MIT Photonic Bands
Release notes
MPB manual
User Tutorial
Data Analysis Tutorial
User Reference
Developer Information
License and Copyright

In this section, we outline the procedure for installing the MIT Photonic-Bands package. Mainly, this consists of downloading and installing various prerequisites. As much as possible, we have attempted to take advantage of existing packages such as BLAS, LAPACK, FFTW, and GNU Guile, in order to make our code smaller, more robust, faster, and more flexible. Unfortunately, this may make the installation of MPB more complicated if you do not already have these packages.

You will also need an ANSI C compiler, of course (gcc is fine), and installation will be easiest on a UNIX-like system (Linux is fine). In the following list, some of the packages are dependent upon packages listed earlier, so you should install them in more-or-less the order given.

Note: Many of these libraries may be available in precompiled binary form, especially for GNU/Linux systems. Be aware, however, that library binary packages often come in two parts, library and library-dev, and both are required to compile programs using it.

Note: It is important that you use the same Fortran compiler to compile Fortran libraries (like LAPACK) and for configuring MPB. Different Fortran compilers often have incompatible linking schemes. (The Fortran compiler for MPB can be set via the F77 environment variable.)

Note: The latest, pre-installed versions of MPB and Meep running on Ubuntu can also be accessed on Amazon Web Services (AWS) Elastic Compute Cloud (EC2) as a free Amazon Machine Image (AMI). To access this AMI, follow these instructions.

Installation on MacOS X

See Meep installation on OS X for the easiest way to do this.

Unix Installation Basics

Installation Paths

First, let's review some important information about installing software on Unix systems, especially in regards to installing software in non-standard locations. (None of these issues are specific to this software, but they've caused a lot of confusion among our beloved users.)

Most of the software below, including this software, installs under /usr/local by default; that is, libraries go in /usr/local/lib, programs in /usr/local/bin, etc. If you don't have root privileges on your machine, you may need to install somewhere else, e.g. under $HOME/install (the install/ subdirectory of your home directory). Most of the programs below use a GNU-style configure script, which means that all you would do to install there would be:

./configure --prefix=$HOME/install

when configuring the program; the directories $HOME/install/lib etc. are created automatically as needed.

Paths for Configuring

There are two further complications. First, if you install in a non-standard location (and /usr/local is considered non-standard by some proprietary compilers), you will need to tell the compilers where to find the libraries and header files that you dutifully installed. You do this by setting two environment variables:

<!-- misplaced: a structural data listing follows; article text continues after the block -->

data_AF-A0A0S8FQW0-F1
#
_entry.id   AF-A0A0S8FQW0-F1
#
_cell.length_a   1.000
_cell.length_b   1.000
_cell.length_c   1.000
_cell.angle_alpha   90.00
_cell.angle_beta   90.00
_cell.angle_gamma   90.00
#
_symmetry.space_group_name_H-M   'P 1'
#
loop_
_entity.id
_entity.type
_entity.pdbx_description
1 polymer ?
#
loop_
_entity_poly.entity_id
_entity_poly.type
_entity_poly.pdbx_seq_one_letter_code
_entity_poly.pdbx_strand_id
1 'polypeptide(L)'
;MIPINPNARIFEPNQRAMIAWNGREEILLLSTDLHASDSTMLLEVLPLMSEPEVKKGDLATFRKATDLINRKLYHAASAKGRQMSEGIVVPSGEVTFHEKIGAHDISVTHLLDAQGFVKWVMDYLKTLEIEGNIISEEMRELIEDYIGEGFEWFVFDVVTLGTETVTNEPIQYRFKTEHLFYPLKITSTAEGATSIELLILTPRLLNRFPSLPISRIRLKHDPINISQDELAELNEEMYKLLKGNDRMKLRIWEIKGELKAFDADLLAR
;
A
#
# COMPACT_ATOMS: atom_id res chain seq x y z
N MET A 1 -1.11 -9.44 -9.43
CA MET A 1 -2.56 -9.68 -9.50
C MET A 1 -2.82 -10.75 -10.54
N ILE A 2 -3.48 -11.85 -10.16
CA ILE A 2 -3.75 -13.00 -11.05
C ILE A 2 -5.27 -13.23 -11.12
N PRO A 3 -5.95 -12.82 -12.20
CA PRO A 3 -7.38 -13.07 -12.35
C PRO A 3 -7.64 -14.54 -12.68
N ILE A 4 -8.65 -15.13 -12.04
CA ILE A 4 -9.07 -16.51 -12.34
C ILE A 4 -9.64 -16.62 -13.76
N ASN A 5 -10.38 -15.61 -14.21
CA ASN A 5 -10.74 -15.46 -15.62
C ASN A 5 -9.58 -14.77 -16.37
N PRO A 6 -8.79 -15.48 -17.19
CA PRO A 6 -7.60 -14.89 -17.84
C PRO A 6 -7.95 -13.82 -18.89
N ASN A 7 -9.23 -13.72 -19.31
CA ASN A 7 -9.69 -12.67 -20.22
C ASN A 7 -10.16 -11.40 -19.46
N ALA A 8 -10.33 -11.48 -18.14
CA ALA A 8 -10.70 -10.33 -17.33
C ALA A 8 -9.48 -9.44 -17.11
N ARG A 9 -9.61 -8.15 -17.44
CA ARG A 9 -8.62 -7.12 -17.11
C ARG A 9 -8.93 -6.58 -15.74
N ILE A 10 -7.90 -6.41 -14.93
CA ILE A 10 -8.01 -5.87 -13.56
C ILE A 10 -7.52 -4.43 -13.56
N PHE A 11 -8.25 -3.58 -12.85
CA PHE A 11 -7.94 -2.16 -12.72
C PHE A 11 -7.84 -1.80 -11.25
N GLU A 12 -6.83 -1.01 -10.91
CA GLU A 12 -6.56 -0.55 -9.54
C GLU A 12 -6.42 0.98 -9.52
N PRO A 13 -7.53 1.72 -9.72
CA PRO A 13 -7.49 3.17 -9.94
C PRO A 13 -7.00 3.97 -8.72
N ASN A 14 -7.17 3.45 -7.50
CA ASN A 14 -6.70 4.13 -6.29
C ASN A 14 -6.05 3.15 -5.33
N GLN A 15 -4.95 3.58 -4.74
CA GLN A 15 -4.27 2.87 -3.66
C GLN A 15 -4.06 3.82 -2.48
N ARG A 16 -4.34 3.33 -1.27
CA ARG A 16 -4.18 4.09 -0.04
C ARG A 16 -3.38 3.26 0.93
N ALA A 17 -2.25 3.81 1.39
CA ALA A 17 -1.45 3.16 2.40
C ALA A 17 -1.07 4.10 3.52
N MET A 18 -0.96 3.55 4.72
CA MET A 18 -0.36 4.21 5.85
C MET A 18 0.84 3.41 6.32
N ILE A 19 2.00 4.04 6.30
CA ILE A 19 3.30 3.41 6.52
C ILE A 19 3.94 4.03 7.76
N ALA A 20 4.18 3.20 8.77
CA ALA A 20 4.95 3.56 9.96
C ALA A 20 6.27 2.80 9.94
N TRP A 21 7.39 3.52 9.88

setenv LDFLAGS "-L/usr/local/lib"
setenv CPPFLAGS "-I/usr/local/include"

Of course, substitute whatever installation directory you used. Do this before you run the configure scripts, etcetera. You may need to include multiple -L and -I flags (separated by spaces) if your machine has stuff installed in several non-standard locations. Bourne shell users (e.g. bash or ksh) should use the "export FOO=bar" syntax instead of csh's "setenv FOO bar", of course.

You might also need to update your PATH so that you can run the executables you installed (although /usr/local/bin is in the default PATH on many systems). e.g. if we installed in our home directory as described above, we would do:

setenv PATH "$HOME/install/bin:$PATH"

Paths for Running (Shared Libraries)

Second, many of the packages installed below (e.g. Guile) are installed as shared libraries. You need to make sure that your runtime linker knows where to find these shared libraries. The bad news is that every operating system does this in a slightly different way. The good news is that, when you run make install for the packages involving shared libraries, the output includes the necessary instructions specific to your system, so pay close attention! It will say something like "add LIBDIR to the foobar environment variable," where LIBDIR will be your library installation directory (e.g. /usr/local/lib) and foobar is some environment variable specific to your system (e.g. LD_LIBRARY_PATH on some systems, including Linux). For example, you might do:

setenv LD_LIBRARY_PATH "/usr/local/lib:$LD_LIBRARY_PATH"

Note that we just add to the library path variable, and don't replace it in case it contains stuff already. If you use Linux and have root privileges, you can instead simply run /sbin/ldconfig, first making sure that a line "/usr/local/lib" (or whatever) is in /etc/